Approved indication: COVID-19 
Paxlovid (Pfizer)
nirmatrelvir 150 mg film-coated tablets,
ritonavir 100 mg film-coated tablets

Viral proteases are feasible targets for antiviral drugs. The main protease of SARS-CoV-2 plays a pivotal role in viral replication so inhibiting it could be an effective treatment for COVID-19. The antiviral drug nirmatrelvir, given with ritonavir, has been provisionally approved for the treatment of COVID-19 in adults who have an elevated risk of progressing to hospitalisation or death but do not require supplemental oxygen. This approval is based on incomplete data and may be revised with the publication of peer-reviewed results. The efficacy of the combination against the Omicron variant is not yet established. The combination is not approved for patients requiring hospitalisation for severe or critical COVID-19.

Nirmatrelvir works by binding to the SARS-CoV-2 3CL protease to prevent viral replication. To boost plasma concentrations, it is taken with ritonavir, an inhibitor of cytochrome P450 (CYP) 3A4 that blocks the metabolism of nirmatrelvir. Ritonavir itself is inactive against SARS-CoV-2.

The recommended regimen is two nirmatrelvir 150 mg tablets and one ritonavir 100 mg tablet taken together every 12 hours for five days, starting as soon as possible after a diagnosis of COVID-19 and within five days of the onset of symptoms. The tablets should be swallowed whole, with or without food, and not chewed, broken or crushed. As its metabolism by CYP3A4 is blocked by ritonavir, nirmatrelvir is mainly excreted unchanged in the urine and faeces. The mean half-life of nirmatrelvir with ritonavir is about seven hours. In patients with moderate renal impairment, a reduced dose of nirmatrelvir is recommended, but this adjusted regimen has not been clinically tested. The combination is contraindicated in patients with severe renal or hepatic impairment.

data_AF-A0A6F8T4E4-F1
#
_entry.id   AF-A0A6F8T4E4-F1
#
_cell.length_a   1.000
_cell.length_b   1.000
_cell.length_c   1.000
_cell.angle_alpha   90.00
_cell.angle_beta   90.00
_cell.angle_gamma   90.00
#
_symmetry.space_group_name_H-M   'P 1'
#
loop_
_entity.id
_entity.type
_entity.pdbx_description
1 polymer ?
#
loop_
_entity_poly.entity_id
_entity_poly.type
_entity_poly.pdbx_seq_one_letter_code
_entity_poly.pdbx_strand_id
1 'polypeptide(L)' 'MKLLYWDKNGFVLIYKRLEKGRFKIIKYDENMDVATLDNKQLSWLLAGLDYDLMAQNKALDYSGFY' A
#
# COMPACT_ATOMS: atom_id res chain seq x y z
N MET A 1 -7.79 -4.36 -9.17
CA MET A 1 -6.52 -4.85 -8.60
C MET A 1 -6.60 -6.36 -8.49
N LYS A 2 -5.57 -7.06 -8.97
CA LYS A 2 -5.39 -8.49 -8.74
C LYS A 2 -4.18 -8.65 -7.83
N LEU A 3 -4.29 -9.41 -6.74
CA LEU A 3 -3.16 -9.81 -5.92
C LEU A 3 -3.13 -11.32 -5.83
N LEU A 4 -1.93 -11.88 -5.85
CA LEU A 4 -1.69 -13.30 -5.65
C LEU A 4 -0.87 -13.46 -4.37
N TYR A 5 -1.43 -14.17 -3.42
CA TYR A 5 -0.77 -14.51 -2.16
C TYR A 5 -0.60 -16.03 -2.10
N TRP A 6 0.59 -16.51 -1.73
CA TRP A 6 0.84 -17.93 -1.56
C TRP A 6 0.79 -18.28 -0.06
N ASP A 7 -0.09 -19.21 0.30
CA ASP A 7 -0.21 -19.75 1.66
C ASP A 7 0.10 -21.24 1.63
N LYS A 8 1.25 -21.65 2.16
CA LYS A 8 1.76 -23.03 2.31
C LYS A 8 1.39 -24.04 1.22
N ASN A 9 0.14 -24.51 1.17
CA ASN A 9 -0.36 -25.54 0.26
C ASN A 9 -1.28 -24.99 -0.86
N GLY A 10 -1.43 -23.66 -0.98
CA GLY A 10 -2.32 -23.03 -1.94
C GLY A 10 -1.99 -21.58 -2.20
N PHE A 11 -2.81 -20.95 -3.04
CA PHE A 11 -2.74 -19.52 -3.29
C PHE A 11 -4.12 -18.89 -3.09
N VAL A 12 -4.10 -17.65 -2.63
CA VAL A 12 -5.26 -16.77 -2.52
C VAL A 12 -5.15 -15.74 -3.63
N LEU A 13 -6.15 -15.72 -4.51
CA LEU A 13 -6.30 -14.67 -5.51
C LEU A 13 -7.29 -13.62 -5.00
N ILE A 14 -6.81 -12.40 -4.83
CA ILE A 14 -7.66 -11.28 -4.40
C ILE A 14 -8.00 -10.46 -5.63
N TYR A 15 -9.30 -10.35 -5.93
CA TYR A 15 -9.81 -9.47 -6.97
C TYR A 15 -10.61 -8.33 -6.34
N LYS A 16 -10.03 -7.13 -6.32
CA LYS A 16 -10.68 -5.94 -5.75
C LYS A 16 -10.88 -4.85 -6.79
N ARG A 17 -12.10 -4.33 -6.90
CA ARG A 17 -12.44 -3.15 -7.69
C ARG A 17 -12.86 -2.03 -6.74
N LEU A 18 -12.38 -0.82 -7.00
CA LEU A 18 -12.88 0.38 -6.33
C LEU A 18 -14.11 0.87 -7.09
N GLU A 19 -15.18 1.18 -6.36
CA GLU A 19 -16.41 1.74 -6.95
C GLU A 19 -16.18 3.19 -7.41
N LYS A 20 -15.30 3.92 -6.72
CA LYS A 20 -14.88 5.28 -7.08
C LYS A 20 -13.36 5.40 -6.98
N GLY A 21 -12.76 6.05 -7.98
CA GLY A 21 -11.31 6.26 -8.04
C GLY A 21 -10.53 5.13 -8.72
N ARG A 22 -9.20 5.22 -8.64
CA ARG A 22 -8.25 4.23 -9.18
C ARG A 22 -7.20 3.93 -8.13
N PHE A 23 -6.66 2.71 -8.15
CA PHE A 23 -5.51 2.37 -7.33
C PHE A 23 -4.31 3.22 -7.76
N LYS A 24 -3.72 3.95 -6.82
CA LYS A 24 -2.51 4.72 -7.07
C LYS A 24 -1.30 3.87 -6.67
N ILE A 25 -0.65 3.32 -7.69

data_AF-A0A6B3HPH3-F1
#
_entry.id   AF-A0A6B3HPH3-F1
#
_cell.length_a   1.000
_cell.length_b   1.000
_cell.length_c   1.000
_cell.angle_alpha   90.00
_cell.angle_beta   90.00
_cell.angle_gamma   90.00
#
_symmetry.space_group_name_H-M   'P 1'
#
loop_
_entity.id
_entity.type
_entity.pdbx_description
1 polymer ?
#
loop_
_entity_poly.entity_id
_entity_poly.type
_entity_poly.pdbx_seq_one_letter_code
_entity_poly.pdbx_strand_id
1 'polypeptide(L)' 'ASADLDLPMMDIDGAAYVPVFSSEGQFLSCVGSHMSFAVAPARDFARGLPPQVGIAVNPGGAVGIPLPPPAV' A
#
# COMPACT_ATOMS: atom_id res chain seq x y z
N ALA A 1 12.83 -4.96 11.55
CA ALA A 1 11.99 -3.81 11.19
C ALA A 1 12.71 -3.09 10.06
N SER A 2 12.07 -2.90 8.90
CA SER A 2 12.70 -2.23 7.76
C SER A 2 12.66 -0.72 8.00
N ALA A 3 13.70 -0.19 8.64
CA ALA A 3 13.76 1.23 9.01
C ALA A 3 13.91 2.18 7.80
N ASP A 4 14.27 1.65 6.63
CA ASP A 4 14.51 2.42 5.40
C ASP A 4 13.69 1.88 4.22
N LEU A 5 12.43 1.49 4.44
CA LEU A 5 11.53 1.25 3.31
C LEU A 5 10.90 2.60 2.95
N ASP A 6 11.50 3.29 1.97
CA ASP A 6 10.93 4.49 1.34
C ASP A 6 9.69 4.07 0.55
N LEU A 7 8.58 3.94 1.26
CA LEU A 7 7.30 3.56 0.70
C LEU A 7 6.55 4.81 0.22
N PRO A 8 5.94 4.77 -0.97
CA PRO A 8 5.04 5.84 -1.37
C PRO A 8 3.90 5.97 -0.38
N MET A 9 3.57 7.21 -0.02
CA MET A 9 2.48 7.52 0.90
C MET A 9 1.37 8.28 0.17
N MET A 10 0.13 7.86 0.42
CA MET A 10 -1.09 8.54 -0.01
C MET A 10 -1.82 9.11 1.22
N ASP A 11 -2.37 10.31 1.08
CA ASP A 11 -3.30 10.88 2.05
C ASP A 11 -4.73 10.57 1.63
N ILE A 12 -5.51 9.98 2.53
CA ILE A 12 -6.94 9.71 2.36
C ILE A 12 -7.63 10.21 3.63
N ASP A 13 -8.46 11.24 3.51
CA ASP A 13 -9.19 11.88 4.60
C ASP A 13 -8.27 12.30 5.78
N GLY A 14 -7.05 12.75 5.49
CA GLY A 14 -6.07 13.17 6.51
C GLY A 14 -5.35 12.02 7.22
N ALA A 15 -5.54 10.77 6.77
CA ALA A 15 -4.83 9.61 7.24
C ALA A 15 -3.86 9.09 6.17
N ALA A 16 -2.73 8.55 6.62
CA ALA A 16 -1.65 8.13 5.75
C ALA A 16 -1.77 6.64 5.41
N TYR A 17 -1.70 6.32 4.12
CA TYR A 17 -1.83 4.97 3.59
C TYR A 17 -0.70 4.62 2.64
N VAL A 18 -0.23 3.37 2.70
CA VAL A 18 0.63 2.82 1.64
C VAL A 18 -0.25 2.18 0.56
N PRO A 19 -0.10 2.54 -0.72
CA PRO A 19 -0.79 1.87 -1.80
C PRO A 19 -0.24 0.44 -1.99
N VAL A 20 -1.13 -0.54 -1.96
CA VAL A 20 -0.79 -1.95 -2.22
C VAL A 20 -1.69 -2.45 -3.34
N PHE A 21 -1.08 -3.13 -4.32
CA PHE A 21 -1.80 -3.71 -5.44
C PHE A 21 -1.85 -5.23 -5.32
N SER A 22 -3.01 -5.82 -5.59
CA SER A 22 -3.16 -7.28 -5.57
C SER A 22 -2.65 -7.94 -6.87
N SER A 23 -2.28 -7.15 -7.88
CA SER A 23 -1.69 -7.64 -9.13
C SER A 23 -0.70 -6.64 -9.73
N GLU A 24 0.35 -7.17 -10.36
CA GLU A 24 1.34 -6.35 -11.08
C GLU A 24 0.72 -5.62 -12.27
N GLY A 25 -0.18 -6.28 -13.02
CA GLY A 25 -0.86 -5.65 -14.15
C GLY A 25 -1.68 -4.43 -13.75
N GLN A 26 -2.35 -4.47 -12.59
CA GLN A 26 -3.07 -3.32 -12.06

Nirmatrelvir and ritonavir are also contraindicated in patients who are taking drugs that are highly metabolised by CYP3A and drugs that are strong CYP3A inducers. There are many potential drug interactions.

A phase II/III double-blind, randomised controlled trial investigated the efficacy of the combination in unvaccinated patients at high risk of hospitalisation or death. This trial enrolled 2246 adults with COVID-19, mainly (98%) the Delta variant.

Among those who were treated within three days of symptom onset, 0.7% (5/697) of the patients in the treatment group and 6.5% (44/682) of the placebo group were hospitalised within 28 days following randomisation. There were no deaths in the treatment group whereas nine patients in the placebo group died. When treated within five days of symptom onset, 0.8% (8/1039) of the treatment group and 6.3% (66/1046) of the placebo group were hospitalised within 28 days following randomisation. There were no deaths in the treatment group whereas 12 patients in the placebo group died.1

In this trial, up to 34 days after the last dose, 22.6% (251/1109) of the patients in the treatment group and 23.9% (266/1115) of the patients in the placebo group experienced treatment-emergent adverse reactions, which were usually mild in intensity. The most common adverse reactions were dysgeusia, diarrhoea, headache and vomiting. Nine (0.8%) patients in the treatment group and seven (0.6%) patients in the placebo group discontinued treatment due to an adverse event considered to be related to the drug or placebo.1

The safety and efficacy of nirmatrelvir and ritonavir in children and pregnant women are unknown. Breastfeeding should be discontinued during and for seven days after treatment. Ritonavir is likely to reduce the efficacy of combined hormonal contraceptives, so women are advised to use additional or alternative contraceptives during treatment and during a menstrual cycle after treatment.

Nirmatrelvir boosted with ritonavir should be used with caution for COVID-19 because of the potential for drug–drug interactions. The safety and efficacy of this treatment in vaccinated people have yet to be established.

manufacturer provided the AusPAR

The Transparency Score is explained in New drugs: transparency, Vol 37 No 1, Aust Prescr 2014;37:27.

At the time the comment was prepared, information about this drug was available on the websites of the Food and Drug Administration in the USA, the European Medicines Agency and the Therapeutic Goods Administration.


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